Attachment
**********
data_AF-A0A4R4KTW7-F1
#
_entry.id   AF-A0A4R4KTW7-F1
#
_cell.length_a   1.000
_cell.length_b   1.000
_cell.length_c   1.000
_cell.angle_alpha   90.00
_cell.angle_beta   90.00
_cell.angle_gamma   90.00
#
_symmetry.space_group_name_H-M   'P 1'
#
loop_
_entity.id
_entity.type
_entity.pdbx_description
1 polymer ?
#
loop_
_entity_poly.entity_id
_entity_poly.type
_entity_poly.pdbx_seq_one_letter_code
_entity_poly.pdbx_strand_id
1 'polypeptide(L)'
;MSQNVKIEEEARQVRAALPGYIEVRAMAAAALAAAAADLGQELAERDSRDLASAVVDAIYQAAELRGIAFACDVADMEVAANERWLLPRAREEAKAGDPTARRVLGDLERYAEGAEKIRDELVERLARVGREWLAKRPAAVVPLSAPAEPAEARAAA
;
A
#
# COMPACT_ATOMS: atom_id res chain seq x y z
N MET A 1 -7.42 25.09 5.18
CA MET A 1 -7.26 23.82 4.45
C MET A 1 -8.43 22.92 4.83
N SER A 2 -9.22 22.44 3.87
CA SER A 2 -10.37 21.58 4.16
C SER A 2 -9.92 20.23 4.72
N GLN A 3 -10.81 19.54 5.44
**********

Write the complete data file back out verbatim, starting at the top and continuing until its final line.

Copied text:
data_AF-A0A4R4KTW7-F1
#
_entry.id   AF-A0A4R4KTW7-F1
#
_cell.length_a   1.000
_cell.length_b   1.000
_cell.length_c   1.000
_cell.angle_alpha   90.00
_cell.angle_beta   90.00
_cell.angle_gamma   90.00
#
_symmetry.space_group_name_H-M   'P 1'
#
loop_
_entity.id
_entity.type
_entity.pdbx_description
1 polymer ?
#
loop_
_entity_poly.entity_id
_entity_poly.type
_entity_poly.pdbx_seq_one_letter_code
_entity_poly.pdbx_strand_id
1 'polypeptide(L)'
;MSQNVKIEEEARQVRAALPGYIEVRAMAAAALAAAAADLGQELAERDSRDLASAVVDAIYQAAELRGIAFACDVADMEVAANERWLLPRAREEAKAGDPTARRVLGDLERYAEGAEKIRDELVERLARVGREWLAKRPAAVVPLSAPAEPAEARAAA
;
A
#
# COMPACT_ATOMS: atom_id res chain seq x y z
N MET A 1 -7.42 25.09 5.18
CA MET A 1 -7.26 23.82 4.45
C MET A 1 -8.43 22.92 4.83
N SER A 2 -9.22 22.44 3.87
CA SER A 2 -10.37 21.58 4.16
C SER A 2 -9.92 20.23 4.72
N GLN A 3 -10.81 19.54 5.44